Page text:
The Aliens Aliases Have Landed


This week I implemented a new way to customize and extend Ubiquity commands: CmdUtils.CreateAlias.

The use case for and importance of CreateAlias

CreateAlias lets you easily create a special-case alias of another, more generic verb. Ubiquity comes bundled with useful verbs like translate and search which can be used for a number of different uses based on their arguments. In some cases, and in some languages, though, typing out translate to English or search with Google is unnatural, though, as there is a more succinct and direct way to make that request. For example, in English one could say “anglicize” or “google”, respectively, for the verbs and arguments above. Indeed, in order to support both search with Google and google, Ubiquity traditionally has implemented two different verbs, search and google, which duplicate functionality and code.

CreateAlias lets us create such natural aliases [[Don’t_repeat_yourself without repeating ourselves]]. We can easily create an anglicize verb which, in one word, does the work of translate to English, or google which is semantically equivalent to search with Google.

These sorts of aliases become particularly important in our perpetual quest to internationalize Ubiquity. One discussion that came up early on on our Ubiquity-i18n list is the fact that not all languages have the verb “Google”: in many languages it is necessary to explicitly say “search with Google”. Moreover, other languages may have other domain-specific verbs which English doesn’t have either. Maybe some language has a special verb for “email with Hotmail” or “map Denmark”. Who knows? With CreateAlias we can easily enable such localizations based on the more generic commands bundled with Ubiquity.

Creating an alias

CreateAlias was designed to be incredibly simple to use. Here’s an example that will be bundled (but not installed by default) in Ubiquity:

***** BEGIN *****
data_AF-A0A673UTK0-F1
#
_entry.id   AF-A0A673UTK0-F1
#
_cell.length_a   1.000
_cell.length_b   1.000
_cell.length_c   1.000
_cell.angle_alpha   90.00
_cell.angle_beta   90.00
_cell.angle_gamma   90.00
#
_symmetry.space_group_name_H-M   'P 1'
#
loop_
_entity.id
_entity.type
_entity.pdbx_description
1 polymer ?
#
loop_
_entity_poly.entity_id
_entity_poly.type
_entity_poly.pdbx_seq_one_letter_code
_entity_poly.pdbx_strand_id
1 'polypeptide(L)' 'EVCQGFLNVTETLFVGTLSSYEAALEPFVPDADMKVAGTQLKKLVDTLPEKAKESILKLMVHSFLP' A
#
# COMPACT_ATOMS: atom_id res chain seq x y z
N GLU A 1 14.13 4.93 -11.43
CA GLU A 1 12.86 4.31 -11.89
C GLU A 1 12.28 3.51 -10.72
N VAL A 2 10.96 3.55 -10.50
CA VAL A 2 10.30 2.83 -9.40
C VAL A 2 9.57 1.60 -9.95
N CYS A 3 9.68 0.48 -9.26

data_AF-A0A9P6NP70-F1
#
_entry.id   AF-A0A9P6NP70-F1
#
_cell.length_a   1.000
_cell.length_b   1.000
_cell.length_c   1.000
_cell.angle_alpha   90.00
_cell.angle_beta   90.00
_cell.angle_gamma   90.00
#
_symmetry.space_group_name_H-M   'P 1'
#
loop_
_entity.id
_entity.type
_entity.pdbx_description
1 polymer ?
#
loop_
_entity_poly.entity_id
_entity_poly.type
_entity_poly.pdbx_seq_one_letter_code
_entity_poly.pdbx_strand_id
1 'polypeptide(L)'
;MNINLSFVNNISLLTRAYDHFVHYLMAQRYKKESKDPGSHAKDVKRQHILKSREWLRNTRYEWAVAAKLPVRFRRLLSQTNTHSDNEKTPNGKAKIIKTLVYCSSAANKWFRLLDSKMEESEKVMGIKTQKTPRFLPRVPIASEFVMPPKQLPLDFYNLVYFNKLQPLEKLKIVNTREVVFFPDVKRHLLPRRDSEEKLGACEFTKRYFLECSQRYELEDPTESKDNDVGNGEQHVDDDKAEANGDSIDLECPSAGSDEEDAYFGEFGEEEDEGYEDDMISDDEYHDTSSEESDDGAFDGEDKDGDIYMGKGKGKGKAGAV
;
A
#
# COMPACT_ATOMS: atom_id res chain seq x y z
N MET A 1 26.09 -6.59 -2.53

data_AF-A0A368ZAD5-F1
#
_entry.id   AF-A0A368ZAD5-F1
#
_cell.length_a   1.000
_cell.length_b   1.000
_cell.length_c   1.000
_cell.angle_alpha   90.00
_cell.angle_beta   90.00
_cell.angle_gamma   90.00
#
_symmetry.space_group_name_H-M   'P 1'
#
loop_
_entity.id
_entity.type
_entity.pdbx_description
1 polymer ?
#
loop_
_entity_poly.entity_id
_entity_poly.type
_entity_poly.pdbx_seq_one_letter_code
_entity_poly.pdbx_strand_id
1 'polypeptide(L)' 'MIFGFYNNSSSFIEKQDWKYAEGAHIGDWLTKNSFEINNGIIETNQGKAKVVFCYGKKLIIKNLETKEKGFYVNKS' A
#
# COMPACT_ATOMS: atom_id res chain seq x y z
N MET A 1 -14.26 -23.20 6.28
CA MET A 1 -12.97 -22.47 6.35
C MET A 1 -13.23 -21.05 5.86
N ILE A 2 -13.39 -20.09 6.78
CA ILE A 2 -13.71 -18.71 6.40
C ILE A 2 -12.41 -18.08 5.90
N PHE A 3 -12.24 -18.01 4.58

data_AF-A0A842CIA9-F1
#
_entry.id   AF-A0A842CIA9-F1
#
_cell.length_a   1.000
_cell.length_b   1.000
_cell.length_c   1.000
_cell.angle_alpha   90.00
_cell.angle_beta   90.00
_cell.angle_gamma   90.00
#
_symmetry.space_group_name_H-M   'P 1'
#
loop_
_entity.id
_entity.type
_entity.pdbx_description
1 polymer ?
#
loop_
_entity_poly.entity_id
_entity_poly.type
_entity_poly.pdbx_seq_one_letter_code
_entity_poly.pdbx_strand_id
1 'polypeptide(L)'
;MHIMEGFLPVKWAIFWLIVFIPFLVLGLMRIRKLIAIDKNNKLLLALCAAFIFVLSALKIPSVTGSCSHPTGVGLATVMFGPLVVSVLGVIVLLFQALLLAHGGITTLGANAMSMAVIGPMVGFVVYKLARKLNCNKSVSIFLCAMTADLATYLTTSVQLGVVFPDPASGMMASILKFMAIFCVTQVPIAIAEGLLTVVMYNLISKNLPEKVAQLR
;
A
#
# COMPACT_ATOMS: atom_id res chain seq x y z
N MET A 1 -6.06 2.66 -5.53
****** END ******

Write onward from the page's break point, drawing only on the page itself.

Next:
names: ["anglicize"],
  verb: "translate",
  givenArgs: { goal: "English" }

As you see, this syntax is incredibly straightforward. There are two required properties, names, an array of names for the alias, and verb, a reference to the target verb that this alias should use.1

The alias can also have a givenArgs property which is a hash of pre-specified arguments with their semantic roles. Because translate takes three arguments (an object text, a goal language, and a source language) but we have pre-specified a goal in the givenArgs, the new anglicize command will only take two arguments: the object text and a source language. Of course, if you specify no givenArgs, you’ll get a simple synonym without having access to the original verb’s code.


As you see, the preview of this command is simply the preview of the translate verb. Its preview and execution is just as if you had entered translate こんにちは to English.

Just like other commands created with CreateCommand, the object specifying the alias can also have properties like help, description, author information, and so on. I used the icon property to add a [[Union Jack]] to it so that it was easily identifiable.

Bonus: using CmdUtils.previewCommand and CmdUtils.executeCommand

On the road to implementing CreateAlias, I also implemented the CmdUtils.previewCommand and CmdUtils.executeCommand functions. The majority of this code comes from previous work by Louis-Rémi Babé, though I adapted it to the modern Ubiquity system. Using previewCommand and executeCommand you can take advantage of the preview or execute functionality of another command. In the new alias-commands feed I included a command called germanize which essentially is a straightforward analogy to anglicize, seen above, but using these functions within a CreateCommand. While CreateAlias is much more straightforward for simple aliases, for more complex subcommands where you would like to adapt another verb’s execution or preview, or only take one of those but re-implement the other part, previewCommand and executeCommand are the way to go.

  1. The verb reference can be the canonical or reference name of a command, which is the first name in the names of a command (also the name listed in the command list when Ubiquity is running in English) or the actual internal ID of the command, which looks like resource://ubiquity/standard-feeds/general.html#translate